Saturday, March 31, 2012

Bay windows are a designer favorite

The Raleigh News & Observer was so nice to ask me to write an article for their "Ask A Designer" series.  It appeared in today's Home section--here's the link:

The whole section was packed with lots of designer tips as well as gardening info, which I love to read while eating my Saturday morning blackberry pancakes.

However, the layout of my article was unfortunate, as they did not include a picture that I repeatedly referred to!  Readers must have been a bit puzzled.  So, taking matters into my own hands, I'm showing the correct picture in this post.  How handy to have a blog!

Here's the "before" picture that the reader provided, showing her design dilemma:

It's a bay window area in her master bedroom and she doesn't know how to finish it.  Nice problem to have, right?  It's a lovely space, looking out at a wooded area. The reader and her hub want a spot to sit with their coffee and newspaper.

This is the "after" picture that I created:

I used a neat design softeware to build the room right on top of her picture.  Clients love to have as much help as possible to visualize what their space could look like.  The drapes in this picture are based on one of the fabrics that DeCocco Design is using in our new line of semi-custom window treatments.  The chaise is from West Elm, but folks in the Raleigh area can get the same look and shop local at Dexter Furniture on Glenwood Ave.  They've got a great selection of fabrics, so customizing the chaise to the space would be easy peasy lemon squeezy.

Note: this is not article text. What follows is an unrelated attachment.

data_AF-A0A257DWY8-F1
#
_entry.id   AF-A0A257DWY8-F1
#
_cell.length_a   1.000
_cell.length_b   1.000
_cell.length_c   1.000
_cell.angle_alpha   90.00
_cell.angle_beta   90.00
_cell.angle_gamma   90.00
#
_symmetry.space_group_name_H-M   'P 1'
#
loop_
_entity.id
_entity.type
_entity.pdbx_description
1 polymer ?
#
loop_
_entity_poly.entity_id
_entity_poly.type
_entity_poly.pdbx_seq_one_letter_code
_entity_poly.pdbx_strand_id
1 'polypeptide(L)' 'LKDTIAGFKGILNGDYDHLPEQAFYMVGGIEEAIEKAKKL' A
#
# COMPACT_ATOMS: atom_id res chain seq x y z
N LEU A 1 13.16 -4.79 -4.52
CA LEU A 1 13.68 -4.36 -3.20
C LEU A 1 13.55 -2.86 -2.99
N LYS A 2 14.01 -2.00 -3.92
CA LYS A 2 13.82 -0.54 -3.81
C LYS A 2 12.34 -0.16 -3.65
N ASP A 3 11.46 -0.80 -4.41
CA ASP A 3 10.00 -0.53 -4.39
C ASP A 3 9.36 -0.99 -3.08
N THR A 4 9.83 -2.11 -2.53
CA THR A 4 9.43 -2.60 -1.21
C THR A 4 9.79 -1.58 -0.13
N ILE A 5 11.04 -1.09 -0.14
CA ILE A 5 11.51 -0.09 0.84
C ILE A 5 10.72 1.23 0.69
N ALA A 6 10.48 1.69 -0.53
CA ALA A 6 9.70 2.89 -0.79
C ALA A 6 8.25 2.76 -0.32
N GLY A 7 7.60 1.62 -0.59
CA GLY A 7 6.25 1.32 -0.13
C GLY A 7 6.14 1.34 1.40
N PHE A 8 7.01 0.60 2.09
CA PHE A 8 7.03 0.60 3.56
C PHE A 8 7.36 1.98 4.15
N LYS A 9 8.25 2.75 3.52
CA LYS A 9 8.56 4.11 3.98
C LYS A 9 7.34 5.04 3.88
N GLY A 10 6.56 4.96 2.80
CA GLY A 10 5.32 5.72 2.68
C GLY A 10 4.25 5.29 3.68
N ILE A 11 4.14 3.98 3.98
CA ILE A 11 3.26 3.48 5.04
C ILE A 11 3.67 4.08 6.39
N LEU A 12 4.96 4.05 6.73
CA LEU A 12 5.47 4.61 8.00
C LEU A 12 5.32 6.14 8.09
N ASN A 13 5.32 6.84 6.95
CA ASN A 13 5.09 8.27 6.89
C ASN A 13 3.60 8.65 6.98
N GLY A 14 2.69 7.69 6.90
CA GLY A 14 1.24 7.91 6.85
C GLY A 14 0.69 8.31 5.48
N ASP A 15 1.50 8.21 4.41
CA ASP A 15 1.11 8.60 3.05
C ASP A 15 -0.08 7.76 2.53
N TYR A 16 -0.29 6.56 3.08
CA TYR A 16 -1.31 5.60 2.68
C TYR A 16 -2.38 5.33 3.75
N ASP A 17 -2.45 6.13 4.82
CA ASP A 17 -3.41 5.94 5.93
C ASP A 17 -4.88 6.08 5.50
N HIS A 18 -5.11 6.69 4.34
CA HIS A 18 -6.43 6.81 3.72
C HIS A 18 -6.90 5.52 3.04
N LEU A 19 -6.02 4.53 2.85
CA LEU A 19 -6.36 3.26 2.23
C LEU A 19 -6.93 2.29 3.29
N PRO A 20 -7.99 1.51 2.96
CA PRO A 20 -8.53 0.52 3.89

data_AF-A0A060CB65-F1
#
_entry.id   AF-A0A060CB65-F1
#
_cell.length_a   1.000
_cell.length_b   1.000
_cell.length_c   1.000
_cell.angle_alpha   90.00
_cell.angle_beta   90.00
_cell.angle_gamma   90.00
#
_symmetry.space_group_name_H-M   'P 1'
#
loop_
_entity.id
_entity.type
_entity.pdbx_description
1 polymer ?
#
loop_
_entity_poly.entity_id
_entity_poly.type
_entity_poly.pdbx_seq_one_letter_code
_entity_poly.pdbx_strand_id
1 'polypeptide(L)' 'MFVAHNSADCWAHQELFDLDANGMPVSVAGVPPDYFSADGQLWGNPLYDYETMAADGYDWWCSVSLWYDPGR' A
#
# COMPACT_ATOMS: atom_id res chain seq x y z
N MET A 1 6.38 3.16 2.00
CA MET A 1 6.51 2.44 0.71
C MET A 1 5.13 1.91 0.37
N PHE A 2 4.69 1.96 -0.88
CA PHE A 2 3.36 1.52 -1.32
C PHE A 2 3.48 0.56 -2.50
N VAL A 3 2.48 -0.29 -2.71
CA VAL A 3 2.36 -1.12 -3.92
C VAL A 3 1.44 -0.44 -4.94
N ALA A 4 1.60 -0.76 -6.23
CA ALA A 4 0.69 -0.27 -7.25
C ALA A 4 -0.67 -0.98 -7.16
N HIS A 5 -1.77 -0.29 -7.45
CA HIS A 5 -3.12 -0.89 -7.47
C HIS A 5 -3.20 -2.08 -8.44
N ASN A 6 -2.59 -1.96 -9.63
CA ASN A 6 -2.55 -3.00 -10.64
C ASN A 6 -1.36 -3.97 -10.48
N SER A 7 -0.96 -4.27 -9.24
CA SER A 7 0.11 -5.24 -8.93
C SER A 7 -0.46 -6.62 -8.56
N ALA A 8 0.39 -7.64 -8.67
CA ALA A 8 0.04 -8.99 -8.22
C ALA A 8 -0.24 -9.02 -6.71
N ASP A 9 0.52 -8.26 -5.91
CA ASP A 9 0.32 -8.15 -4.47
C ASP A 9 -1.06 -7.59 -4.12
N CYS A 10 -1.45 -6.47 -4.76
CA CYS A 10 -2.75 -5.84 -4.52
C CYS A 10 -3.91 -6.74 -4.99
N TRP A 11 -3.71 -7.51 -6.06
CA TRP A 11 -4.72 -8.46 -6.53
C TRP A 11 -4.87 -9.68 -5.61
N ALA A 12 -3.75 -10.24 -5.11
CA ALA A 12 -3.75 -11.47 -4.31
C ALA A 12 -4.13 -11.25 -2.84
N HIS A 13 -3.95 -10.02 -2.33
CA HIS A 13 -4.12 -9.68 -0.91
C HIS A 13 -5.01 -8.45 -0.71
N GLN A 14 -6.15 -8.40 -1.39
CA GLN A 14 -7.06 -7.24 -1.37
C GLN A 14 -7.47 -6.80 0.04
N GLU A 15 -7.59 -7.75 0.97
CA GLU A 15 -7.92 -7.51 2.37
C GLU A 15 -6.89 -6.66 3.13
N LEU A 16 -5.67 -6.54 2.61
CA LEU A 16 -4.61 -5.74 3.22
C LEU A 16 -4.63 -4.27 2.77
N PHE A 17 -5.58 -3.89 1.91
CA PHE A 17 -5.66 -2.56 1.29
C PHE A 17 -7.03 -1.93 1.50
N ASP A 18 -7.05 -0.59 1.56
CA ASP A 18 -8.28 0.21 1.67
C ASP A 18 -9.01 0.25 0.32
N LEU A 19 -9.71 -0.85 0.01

Hub is painting a new wall color in the Library, in preparation for installation of lovely drapes (again, using one of our fabulous fabrics--I cannot wait to show them all to you!).   Stay tuned for how that turns out!


1 comment:

  1. Bay windows are the usual favorites because of their elegance. You can create many window design ideas from there. But when considering this, make sure that you choose some glass panes that are highly resistant to the harmful heat of the sun. This is usually what makes your furniture very weak.